Referee legend Barry Nichols returns from the Touch World Cup in Malaysia after representing Australia on the world stage.
Last time we spoke to Barry Nichols, we were humbled by his absolute love and passion for the sport of Touch Football.This refereeing champion has humbled us yet again with a passionate outlook on his World Cup experience.
Barry played touch for around 35 years in Singleton and surrounding areas, before discovering his love for refereeing. The Shotfirer from Glencore’s Ravensworth mine is now locally and internationally sought after.
Invited to represent his country and our town at the Touch World Cup major tournament, Barry gave the experience his all and was extremely grateful to Orica Mining Services for sponsorship to help him fund the trip.
Barry was one of 120 fit referees who travelled from around the world in support of the 2019 Cup. “In the week we were there I lost 8 kilograms due to the temperature and humidity,” said Barry.
“This tournament included 28 nations from all over the world, some of them are still developing touch in their countries and with this tournament it was amazing how and what these countries learnt in that week,” he added.
The trip gave Barry a unique insight into the obstacles that people from around the world face when it comes to something as simple as playing sport.
“One of the special moments was giving away my football boots to the Papua New Guinea team who train in bare feet simply because they can’t afford boots,” said Barry.
“To see the eyes on the players in this small association was something I’ll never forget as we take a lot of things for granted in Australia.”
Barry is definitely one to look up to, both as a sportsman and a person. As he humbly put it back in 2018, “not bad for an old bloke from a mine site in the Hunter.”
Calling all Bass Fishermen
The Bass season has opened up! With some recent warm weather we are seeing the Bass really fire up with great numbers and some cracking sized fish in both our local creeks and rivers.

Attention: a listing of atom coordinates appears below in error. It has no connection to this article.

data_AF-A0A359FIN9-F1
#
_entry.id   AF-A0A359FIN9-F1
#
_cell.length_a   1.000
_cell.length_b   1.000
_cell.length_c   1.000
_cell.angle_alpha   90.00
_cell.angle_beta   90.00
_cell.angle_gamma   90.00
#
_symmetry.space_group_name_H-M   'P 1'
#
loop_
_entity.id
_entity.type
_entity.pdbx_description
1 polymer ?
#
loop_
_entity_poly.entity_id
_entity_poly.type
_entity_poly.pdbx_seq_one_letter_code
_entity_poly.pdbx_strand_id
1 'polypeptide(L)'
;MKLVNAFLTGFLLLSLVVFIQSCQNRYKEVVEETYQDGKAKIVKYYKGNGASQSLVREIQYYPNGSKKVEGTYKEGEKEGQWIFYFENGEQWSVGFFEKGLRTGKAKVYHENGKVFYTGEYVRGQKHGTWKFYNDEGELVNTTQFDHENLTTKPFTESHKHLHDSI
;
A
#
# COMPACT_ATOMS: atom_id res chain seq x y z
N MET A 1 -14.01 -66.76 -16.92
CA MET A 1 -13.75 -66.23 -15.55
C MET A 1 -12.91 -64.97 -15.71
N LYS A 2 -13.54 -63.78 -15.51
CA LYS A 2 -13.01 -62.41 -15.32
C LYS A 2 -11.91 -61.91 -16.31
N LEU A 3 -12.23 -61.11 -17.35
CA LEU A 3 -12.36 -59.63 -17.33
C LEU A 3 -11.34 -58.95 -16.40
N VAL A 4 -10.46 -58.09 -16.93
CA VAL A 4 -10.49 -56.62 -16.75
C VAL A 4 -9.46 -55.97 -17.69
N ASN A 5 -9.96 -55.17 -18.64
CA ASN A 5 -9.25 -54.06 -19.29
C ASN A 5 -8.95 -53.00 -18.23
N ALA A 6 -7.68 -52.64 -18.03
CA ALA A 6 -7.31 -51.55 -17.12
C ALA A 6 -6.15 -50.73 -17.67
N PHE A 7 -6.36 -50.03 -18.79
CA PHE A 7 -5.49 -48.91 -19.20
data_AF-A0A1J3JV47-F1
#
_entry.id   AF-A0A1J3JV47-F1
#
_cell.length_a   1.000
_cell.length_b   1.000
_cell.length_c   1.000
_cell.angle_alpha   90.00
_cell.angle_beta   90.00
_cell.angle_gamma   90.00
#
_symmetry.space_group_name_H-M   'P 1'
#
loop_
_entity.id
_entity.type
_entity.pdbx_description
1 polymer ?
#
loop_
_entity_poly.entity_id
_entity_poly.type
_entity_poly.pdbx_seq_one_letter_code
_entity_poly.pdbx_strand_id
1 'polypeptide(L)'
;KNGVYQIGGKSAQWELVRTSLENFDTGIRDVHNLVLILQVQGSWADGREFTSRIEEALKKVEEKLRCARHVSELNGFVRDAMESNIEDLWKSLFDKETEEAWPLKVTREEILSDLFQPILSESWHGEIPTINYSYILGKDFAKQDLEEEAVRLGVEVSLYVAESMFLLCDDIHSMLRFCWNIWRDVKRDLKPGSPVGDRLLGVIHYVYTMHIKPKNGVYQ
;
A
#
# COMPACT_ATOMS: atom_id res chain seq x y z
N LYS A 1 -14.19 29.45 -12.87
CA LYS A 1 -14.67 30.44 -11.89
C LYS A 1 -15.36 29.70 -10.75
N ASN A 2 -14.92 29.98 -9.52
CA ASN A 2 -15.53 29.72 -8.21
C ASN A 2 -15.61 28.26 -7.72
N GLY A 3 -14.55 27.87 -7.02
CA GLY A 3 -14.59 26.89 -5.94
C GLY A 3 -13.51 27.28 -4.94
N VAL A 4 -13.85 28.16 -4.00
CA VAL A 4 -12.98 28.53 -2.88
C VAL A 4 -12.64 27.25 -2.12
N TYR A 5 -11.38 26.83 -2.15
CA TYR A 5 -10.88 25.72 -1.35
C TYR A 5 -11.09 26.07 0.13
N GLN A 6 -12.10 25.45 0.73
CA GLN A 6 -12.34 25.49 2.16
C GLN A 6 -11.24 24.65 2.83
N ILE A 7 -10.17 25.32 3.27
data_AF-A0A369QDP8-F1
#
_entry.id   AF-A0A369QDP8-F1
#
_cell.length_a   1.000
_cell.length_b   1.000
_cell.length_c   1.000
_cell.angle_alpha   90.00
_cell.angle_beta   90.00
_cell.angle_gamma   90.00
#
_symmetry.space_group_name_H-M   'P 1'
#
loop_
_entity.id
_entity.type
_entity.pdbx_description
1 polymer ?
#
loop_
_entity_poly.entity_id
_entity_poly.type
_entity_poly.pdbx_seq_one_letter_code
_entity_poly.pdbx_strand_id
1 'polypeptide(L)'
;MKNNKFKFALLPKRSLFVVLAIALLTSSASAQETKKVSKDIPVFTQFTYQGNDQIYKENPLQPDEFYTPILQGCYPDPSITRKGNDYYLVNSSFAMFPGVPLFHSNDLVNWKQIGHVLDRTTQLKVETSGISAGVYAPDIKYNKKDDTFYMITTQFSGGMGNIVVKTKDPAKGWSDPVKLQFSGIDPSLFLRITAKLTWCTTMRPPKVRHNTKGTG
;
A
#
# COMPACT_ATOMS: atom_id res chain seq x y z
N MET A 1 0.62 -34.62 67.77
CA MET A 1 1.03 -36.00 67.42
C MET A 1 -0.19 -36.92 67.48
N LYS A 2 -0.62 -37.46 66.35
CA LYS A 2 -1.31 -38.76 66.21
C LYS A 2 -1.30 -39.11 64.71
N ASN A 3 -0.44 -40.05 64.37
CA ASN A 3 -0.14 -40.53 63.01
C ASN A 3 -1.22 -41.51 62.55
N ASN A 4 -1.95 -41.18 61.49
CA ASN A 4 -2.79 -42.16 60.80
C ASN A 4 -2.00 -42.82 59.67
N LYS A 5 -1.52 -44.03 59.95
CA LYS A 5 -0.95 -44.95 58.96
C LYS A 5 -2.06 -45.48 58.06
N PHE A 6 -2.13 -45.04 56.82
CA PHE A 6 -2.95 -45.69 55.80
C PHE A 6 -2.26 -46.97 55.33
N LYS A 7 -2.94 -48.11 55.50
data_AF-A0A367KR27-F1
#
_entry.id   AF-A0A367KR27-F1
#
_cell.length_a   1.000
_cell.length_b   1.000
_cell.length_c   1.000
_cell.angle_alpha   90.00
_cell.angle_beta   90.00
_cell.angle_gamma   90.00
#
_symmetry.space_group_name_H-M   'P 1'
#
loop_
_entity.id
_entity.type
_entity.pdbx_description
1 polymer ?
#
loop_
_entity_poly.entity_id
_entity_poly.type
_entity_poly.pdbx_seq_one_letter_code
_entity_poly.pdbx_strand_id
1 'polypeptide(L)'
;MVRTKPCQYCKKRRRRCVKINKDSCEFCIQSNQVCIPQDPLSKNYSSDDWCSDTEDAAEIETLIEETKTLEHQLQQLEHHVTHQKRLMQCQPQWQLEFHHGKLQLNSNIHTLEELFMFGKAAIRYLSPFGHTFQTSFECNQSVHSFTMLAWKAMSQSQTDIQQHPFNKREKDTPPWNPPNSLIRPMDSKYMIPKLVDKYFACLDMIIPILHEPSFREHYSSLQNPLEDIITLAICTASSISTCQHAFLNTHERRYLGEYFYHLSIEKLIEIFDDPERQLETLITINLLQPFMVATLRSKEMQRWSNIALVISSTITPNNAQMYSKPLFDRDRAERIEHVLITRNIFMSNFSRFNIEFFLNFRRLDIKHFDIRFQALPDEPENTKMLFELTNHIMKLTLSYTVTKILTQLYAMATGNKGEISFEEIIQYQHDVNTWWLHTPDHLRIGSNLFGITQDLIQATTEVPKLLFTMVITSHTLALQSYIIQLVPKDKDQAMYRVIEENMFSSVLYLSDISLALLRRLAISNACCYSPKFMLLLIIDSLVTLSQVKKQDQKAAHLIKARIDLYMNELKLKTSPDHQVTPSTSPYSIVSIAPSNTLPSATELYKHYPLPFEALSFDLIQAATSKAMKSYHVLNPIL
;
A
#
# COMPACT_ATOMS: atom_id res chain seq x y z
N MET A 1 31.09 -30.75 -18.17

A few recent trips throwing a few lures in the river around Morpeth producing the goods with a few solid fish hitting the 50cm. On the other hand, the Dams have been a bit of a hit and miss with the recent fish kills taking its toll on the stocks. Given a bit of time the fishing will improve.
IN THE BAY, LAKES AND RIVERS
It would be hard to put a finger on the number one target at the moment in around the estuaries but one things for sure the chances to catch a cracking fish probably won’t get any better than over the next month or two.
Around the lake the Jewfish population is going crazy. Fish have been caught using live baits, plastics, and soft vibes around bait schools throughout the lake. Flathead are definitely starting to fire up to soft plastic/vibe offerings. A prawn imitation fished along the edges on a run out tide in all locations especially as the Prawns start to move out of the estuaries over the warmer months is a sure bet. On the Prawn topic, this will be worth a shot in Swansea Channel as of this month around the dark moon. Soaking a few crab traps will also be worth it from now, it definitely pays to put in the effort around the full moons though.
The East Australian Current is starting to kick into gear and this not only means we will see the first run of marlin for the season but it will be game on for those looking for a bit of fun around the FADs as they begin to be deployed off the coast.